The use of private-sector data aggregators allows the government to insulate surveillance and information-handling practices from privacy laws or public scrutiny. That is sometimes an important motivation in outsourced surveillance.  Private companies are free not only from complying with the Privacy Act, but from other checks and balances, such as the Freedom of Information Act.  They are also insulated from oversight by Congress and are not subject to civil-service laws designed to ensure that government policymakers are not influenced by partisan politics. . . .
In light of this, it’s not surprising that - just as is true for all of their surveillance activities - government officials have been actively developing ways to recruit private corporations into spying on American citizens for them.  The FBI created a particularly creepy program - called InfraGard -   in which 23,000 companies (including most of the Fortune 500) are in an information-sharing program with federal law enforcement agencies.  From the ACLU Report:
The program has more than 10,000 members organized into 79 local chapters; the list of participating companies is kept secret. Members wishing to participate fully must undergo a security check and obtain clearance by the FBI.  The Cleveland Plain Dealer described it as a “a vast informal network of powerful friends,” a “giant group of tipsters” created by the FBI under a “philosophy of quietly working with corporate America” in order to “funnel security alerts away from the public eye and receive tips on possible illegal activity.”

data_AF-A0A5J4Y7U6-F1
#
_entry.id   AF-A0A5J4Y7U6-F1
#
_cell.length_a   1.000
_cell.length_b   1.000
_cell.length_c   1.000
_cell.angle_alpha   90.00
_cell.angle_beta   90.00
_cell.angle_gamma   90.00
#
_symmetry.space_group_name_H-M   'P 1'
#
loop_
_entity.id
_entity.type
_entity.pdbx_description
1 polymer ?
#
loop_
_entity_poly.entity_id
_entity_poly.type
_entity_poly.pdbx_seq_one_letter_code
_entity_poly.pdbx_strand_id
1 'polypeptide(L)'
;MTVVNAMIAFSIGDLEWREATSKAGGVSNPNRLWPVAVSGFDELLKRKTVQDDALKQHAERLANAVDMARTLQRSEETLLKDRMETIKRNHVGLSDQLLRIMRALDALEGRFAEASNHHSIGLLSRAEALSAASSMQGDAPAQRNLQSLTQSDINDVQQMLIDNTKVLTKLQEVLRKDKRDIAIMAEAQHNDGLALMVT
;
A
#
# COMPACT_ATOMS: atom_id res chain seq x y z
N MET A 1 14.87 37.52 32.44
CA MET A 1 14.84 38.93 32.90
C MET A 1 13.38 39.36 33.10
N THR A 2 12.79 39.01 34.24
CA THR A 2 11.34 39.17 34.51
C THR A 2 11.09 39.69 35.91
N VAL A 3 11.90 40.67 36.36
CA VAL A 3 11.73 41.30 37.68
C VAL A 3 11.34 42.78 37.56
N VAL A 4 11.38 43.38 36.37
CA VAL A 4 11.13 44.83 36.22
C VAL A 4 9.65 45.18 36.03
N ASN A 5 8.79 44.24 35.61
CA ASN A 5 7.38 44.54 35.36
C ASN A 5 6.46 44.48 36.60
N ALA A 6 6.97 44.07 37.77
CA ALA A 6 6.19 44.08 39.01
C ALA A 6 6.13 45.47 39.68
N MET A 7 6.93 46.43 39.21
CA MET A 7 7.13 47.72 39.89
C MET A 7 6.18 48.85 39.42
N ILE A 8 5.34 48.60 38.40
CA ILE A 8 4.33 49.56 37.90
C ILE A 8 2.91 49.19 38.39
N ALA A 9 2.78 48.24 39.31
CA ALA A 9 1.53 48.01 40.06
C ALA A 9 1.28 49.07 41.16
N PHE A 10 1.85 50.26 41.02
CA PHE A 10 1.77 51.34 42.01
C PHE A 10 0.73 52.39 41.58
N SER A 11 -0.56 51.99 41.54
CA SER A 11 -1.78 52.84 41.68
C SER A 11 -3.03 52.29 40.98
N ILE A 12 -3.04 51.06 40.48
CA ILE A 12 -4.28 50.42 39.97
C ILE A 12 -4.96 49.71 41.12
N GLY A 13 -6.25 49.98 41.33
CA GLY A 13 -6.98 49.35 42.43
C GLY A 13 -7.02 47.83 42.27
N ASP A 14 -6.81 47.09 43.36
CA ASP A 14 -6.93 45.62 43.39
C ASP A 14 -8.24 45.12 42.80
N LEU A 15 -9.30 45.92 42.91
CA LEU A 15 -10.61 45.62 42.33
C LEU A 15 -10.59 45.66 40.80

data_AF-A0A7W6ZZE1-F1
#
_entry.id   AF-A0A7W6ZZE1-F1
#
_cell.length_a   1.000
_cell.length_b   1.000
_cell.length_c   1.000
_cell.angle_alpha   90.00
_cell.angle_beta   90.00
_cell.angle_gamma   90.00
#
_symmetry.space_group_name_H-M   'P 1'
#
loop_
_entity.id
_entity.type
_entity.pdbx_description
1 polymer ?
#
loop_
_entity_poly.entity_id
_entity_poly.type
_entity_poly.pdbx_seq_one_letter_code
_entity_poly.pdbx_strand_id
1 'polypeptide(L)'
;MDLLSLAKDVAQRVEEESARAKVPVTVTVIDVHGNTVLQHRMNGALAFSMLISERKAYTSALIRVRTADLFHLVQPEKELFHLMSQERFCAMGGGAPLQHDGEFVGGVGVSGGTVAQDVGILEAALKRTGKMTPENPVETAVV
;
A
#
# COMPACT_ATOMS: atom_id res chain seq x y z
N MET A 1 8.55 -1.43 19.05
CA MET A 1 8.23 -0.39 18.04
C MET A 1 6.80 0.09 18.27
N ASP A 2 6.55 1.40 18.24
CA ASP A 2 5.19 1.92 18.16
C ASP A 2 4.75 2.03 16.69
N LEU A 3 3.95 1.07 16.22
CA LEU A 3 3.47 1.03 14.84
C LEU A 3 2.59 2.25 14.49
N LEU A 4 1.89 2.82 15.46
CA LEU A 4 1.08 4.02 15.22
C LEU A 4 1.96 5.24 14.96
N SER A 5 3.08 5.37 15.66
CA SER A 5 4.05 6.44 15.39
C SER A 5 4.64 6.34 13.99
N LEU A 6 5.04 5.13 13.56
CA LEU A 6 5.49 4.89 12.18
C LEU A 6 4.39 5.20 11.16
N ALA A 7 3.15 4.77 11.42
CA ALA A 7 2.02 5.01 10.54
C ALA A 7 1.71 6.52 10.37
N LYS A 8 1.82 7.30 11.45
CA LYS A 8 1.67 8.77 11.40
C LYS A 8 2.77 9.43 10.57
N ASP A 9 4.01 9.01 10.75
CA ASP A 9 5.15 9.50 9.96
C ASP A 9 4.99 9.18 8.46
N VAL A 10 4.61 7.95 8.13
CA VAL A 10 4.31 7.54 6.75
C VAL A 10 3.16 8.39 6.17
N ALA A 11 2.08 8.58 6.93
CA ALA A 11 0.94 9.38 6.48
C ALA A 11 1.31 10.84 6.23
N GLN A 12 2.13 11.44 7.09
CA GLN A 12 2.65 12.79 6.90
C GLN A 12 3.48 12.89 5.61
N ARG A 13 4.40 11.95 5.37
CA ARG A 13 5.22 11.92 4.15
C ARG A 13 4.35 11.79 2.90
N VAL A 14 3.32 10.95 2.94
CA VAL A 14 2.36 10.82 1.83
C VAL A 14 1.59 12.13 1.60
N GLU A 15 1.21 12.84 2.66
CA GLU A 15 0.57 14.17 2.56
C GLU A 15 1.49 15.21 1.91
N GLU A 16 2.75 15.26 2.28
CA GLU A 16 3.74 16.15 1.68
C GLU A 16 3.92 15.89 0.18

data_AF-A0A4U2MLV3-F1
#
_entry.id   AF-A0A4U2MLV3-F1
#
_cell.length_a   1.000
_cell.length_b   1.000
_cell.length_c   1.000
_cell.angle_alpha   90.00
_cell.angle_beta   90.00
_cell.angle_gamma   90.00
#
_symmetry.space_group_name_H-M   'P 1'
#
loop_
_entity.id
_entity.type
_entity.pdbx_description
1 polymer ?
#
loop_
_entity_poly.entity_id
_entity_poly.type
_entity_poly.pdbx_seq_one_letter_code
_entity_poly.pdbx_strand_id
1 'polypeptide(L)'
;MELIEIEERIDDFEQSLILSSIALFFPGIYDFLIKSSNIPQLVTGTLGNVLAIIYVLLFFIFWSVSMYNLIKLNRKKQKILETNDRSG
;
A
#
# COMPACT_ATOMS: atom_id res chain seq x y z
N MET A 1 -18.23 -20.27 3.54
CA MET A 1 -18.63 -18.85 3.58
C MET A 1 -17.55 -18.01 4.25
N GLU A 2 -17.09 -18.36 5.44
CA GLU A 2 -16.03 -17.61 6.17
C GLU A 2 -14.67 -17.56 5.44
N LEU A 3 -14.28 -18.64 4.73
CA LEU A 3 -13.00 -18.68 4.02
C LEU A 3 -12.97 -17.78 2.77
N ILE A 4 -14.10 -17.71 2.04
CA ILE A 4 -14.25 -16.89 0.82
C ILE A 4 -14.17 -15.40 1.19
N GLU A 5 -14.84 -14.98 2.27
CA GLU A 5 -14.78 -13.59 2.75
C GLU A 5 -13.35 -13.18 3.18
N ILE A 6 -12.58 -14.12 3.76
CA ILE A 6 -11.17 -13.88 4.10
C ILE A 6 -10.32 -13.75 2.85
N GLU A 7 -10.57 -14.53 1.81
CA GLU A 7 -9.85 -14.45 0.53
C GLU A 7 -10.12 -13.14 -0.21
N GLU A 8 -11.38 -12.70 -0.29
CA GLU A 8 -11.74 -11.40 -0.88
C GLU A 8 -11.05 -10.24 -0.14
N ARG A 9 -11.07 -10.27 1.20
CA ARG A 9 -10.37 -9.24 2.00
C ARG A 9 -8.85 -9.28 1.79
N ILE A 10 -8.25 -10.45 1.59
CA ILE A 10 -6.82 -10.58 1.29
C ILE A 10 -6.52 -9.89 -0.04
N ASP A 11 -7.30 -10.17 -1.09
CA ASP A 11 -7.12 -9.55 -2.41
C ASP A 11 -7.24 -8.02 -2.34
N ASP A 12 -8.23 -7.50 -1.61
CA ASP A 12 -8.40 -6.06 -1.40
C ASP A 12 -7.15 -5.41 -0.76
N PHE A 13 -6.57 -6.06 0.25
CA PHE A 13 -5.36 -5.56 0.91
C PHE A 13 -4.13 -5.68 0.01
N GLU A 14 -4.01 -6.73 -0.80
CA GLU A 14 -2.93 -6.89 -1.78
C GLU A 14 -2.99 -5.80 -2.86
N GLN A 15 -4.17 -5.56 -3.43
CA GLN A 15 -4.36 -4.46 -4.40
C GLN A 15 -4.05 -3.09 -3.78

But there is evidence that InfraGard may be closer to a corporate TIPS program, turning private-sector corporations - some of which may be in a position to observe the activities of millions of individual customers - into surrogate eyes and ears for the FBI. . . .
There is a long and unfortunate history of cooperation between government security agencies and powerful corporations to deprive individuals of their privacy and other civil liberties, and any program that institutionalizes close, secretive ties between such organizations raises serious questions about the scope of its activities, now and in the future.
Another option open to government agencies seeking information on individuals is to simply purchase it on the open market.  As private-sector information-gathering has exploded in recent years, so has the amount of data that is now available to the government (and any other customer) willing to pay the price.  Although government information-purchasing was once a minor matter, the explosion of private-sector data collection has begun to significantly undermine the laws meant to protect Americans from government snooping.